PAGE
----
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Hello Again. I have a rather iconic piece of railroading equipment for you all today. It is the oldest engine on the Strasburg railroad as well as the only operating 4-8-0 mastodon operating in the United States, it is 475 herself. She is a rather unique piece of equipment in more ways than one. Built as part of a series of locomotives in 1906 for the Norfolk and Western Railroad, they were the answer for increasing train loads. The 4-8-0 was utilized over the 2-8-2 because of adhesive weight. The M class was a deckless locomotive where the cab was alongside the firebox with the crew literally sandwiched between them. They were at first given Stephenson Valve gear but were later on given Baker valve gear 10 out of 125 ordered was superheated and all were fired by hand. Nicknamed "Mollies", they may have not been the prettiest locomotive created, but at over 40,000 lbs. of tractive effort for something made in 1906. However, when the Norfolk and Western started ordering new Y Class locomotives a decade later, it downgraded the Mollies to branchline work. 475 still runs to this day at Strasburg About this model: With my plans to start a company now taken seriously, I decided to build another and this time a smaller locomotive to complement Santa Fe 3463 and the C&O Allegheny. All I have to say was HOLY HELL, it was a bigger challenge than I thought it would be with its "distinct" shape of the boiler. But with a little help of brackets, I was able to complete it. However, it renders part of the boiler to not be as aesthetically pleasing, primarily along the bell area and below it. This model is equipped with Baler valve gear, but I also want to apologize for the lack of complete valve gear, for I had technical issues that saw my last computer's boot device fail, and it is only compounded by PartsDesigner being temporarily disabled at least on my side. Therefore; I am unable to make the new parts required to complete it. I do plan to have that resolved in time) With that being said, here is the photo gallery: As stated before, these locomotives were deckless. I did try my best to cover every square inch as possible, even the "backhead" to this locomotive. If I offer this as a product, the only thing that will be added aside from crew members will be the Reverse gear and the train brake. The throttle is also present but it is attached to the cab roof.
Murdoch17 posted a topic in LEGO Train TechIt is the early 1930's. The dark days of late 1929 has worsened into a economic depression of truly epic proportions. Worse, the drought starting in summer 1930 (lasting until above average rains stopped it in 1941) caused the dreaded Dust Bowl and the mass migration of (most) of an entire generation of farmers and their families westward. This time frame also led to the rise of hobos, wandering, jobless people trying to use the one mass transportation still running across the dusty, windswept nation: The freight trains. The backstory on this train is as such: The engine, number 6519, runs daily from Lawrence, Kansas yard to where it finally services the Rust-eze factory in Moberly, Missouri. The line branches off and curves to the left in Columbia Missouri, while the main goes straight on to St. Louis. The rest of the regular freight is worked at the Columbia yard, expect for the acid tanker and the two marked generic boxcars. That tanker goes to the factory too, as it's a chemical component for Rust-eze. Rumor has it that the Rust-eze plant will be moving closer to St. Louis, or even shutting down soon, maybe by early 1934. The engine used to be a heavy-hauler out on the main, but has been relegated to branch line work, as it's 1898-vintage pistons are wearing a bit thin and she is overdue for a overhaul. Unfortunately, with the current depression, she has been reassigned to light branch work with a limit on her speed. Hopefully, they will scrape up the money to get her in the shop soon. This early 1900's-era engine model was first designed as a 2-8-2 Mikado before having the front pony truck removed and a 4 wheel bogie from set 10194 (Emerald Night) added instead, turning it into a 4-8-0 Mastodon - type. The rear pony truck was removed as well, with the 79111-style boiler shortened and cab re-arranged. Then, as of late September of this year, I completely rebuilt her from the wheels up to use the Disney engine boiler you see here. The running gear was originally a Scotnick invention from his 9F, but now comes from my MOD of the Constitution Train Chase set. So, basically, the only thing original left is the tender. Together, these several different engines from four different eras and five separate builders come together to create this one steam engine, which I have numbered 6519. The coal tender was inspired by Anthony Sava's Pacific 4-6-2 model's oil tender with the letters "BRS" added in the middle of the tender using printed 1 x 1 tiles. I was inspired by this photo by JB Lego to build this boxcar as seen here. They are made to haul pallets of cargo, specifically Rust-eze chrome restorer in 55-gallon drum containers for commercial packaging at this facility into smaller containers. Inspired by the green tractor trailer from CITY set 4204 (The Mine), this bathtub gondola is carrying boulders from the mine destined for the gold refinery where they will be opened up and the metal extracted to make coins and ingots. This drop side flat car was first part of set 2126 (Train Cars), but it didn't really have a purpose. It was hauling uprooted evergreen trees in the set, but that didn't look very good, so I changed it to generic freight. (My layout's resident hobo and his trusty guitar usually catch a ride on this piece of rolling stock.) The hobo is trying to get home to his family, which lives in Glenncoe, Missouri. Sadly, he picked the wrong train, as this only get's him halfway there. He's going to have to ride the blind of a steam engine tender on a passenger run to get home. (that's the area between the first car and tender, it's very dangerous because you're balancing on the coupler!) This dangerous liquid tanker was modeled after a real tanker car you can walk through in the Museum of Transportation's collection in St. Louis, Missouri. The real deal hauled hydrochloric acid for Monsanto starting in 1940 up into the late 1960's. I'm backdating the car ten years to fit into my mid-'30's freight train. I have adapted this UK inspired model of a brake van by Fireglo450 (see it here) to once again be a more American-inspired caboose. The caboose has no interior, and the red marker light can go on either end of the model to represent the end of whatever train it is being hauled behind. Here you can find other topics of interest mentioned in the text, or that are similar enough to be placed alongside time frame-wise I have this passenger train, that goes along with the freight train in this time period. (No, the hobo does not ride this one home.) and this branch-line station that is from the same late-1890's era, and on the main line from the San Francisco to New York (via St. Louis, of course!) Here we see the (100% fictional) Moberly, Missouri, Ruste-eze Factory. It seems to have made it to better times, with this picture taking place in the early 1950's. Any thoughts, comments, or complaints?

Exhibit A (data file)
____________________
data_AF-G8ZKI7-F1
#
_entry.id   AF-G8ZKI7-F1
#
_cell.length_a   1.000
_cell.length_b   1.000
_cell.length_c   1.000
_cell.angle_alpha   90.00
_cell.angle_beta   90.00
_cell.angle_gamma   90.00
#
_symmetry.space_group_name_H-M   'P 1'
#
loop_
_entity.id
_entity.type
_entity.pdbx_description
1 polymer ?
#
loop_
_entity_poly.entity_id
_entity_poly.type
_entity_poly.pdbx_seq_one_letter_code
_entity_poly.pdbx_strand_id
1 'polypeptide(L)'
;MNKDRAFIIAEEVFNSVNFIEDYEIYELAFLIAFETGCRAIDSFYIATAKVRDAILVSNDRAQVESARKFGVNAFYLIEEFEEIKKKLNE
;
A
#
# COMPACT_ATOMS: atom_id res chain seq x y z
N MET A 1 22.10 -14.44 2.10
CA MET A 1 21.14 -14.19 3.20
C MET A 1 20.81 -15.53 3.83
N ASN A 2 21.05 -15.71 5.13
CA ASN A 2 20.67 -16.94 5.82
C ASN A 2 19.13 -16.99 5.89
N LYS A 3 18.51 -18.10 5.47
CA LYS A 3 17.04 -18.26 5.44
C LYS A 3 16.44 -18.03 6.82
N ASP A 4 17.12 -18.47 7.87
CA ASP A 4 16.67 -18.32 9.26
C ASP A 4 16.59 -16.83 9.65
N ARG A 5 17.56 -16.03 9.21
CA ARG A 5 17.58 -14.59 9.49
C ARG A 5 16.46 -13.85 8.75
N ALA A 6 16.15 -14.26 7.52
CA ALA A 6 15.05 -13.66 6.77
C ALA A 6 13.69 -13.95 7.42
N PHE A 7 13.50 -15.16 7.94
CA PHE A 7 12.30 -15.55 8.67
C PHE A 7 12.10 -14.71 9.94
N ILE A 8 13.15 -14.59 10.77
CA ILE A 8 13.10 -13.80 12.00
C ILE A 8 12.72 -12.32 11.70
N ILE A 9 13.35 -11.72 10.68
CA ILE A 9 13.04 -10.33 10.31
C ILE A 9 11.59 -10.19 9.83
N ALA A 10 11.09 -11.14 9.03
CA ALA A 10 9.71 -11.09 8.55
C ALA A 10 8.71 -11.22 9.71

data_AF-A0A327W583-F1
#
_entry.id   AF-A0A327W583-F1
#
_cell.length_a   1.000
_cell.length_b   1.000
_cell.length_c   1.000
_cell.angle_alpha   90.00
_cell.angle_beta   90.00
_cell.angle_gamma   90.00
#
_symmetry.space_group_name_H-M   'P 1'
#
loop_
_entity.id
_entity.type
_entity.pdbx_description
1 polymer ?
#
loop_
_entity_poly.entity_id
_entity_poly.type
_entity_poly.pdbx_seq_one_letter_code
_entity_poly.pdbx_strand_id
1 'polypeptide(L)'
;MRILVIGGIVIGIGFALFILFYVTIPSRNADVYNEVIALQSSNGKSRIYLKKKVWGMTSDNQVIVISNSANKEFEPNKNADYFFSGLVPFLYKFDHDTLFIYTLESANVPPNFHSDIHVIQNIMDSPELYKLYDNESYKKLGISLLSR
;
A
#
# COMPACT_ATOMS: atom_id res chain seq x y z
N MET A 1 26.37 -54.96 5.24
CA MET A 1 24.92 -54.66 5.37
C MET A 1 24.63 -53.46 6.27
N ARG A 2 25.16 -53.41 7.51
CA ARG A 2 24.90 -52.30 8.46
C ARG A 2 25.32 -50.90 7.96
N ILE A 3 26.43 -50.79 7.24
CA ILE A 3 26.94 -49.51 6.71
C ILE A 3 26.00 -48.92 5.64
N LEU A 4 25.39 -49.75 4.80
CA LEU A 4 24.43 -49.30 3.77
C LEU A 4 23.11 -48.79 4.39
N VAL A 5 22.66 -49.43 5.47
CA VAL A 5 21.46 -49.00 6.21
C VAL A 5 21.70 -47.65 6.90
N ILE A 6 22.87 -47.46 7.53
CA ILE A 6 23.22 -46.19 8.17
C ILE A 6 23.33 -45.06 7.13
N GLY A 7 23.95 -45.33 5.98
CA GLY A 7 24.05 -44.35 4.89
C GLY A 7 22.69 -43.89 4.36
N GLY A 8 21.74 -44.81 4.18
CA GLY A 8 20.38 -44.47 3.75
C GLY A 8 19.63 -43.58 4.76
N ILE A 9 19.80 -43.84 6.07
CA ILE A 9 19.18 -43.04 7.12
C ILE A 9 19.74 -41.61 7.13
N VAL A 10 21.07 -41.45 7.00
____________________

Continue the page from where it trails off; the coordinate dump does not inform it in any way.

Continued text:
Murdoch17 posted a topic in LEGO Train TechThis 4-8-0 "Mastodon" type steam engine & it's six car freight train are hauling generic cargo on it's way to Anywhere, USA. This engine model was first built as a 2-8-2 Mikado (with running gear derived from Scotnick's 2-10-0 Decapod 9F) before having the front pony truck removed and a 4 wheel bogie from set 10194 (Emerald Night) added instead, turning it into a 4-8-0 Mastodon - type. The rear pony truck was removed as well, with the 79111-style boiler shortened and cab re-arranged. Together, these several different engines from four different eras and four separate builders come together to create this one 4-8-0 "Mastodon" type steam engine The coal tender was inspired by Anthony Sava's Pacific 4-6-2 model's oil tender with the letters "BRS" added in the middle of the tender using printed 1 x 1 tiles. I think the loco is much better proportioned to the tender now than before. In my fictional universe, the engine above pulls a generic mid-1900's freight train. This train consists of the following models: This drop side flat car was first part of set 2126 (Train Cars), but it didn't really have a purpose. It was hauling uprooted evergreen trees in the set, but that didn't look very good, so I changed it to generic freight. (My resident hobo usually catches a ride on this car.) This tanker car was inspired by set 7939 (Cargo Train, 2010 version) and by Anthony Sava's recent pick-a-brick MOC-up tanker car. (seen here.) I was inspired by this photo by JB Lego to build this boxcar (seen here ) They are made to haul generic freight, such as anything from unfinished car parts to prized paintings... and yes, the doors do open! Inspired by the green tractor trailer from CITY set 4204 (The Mine), this bathtub gondola is carrying boulders from the mine destined for the gold refinery where they will be opened up and the metal extracted to make coins and ingots. I have adapted this UK inspired model of a brake van by Fireglo450 (see it here ) to be a more American inspired caboose. The caboose has no interior, and the red marker light can go on either end of the model to represent the end of whatever train it is being hauled behind.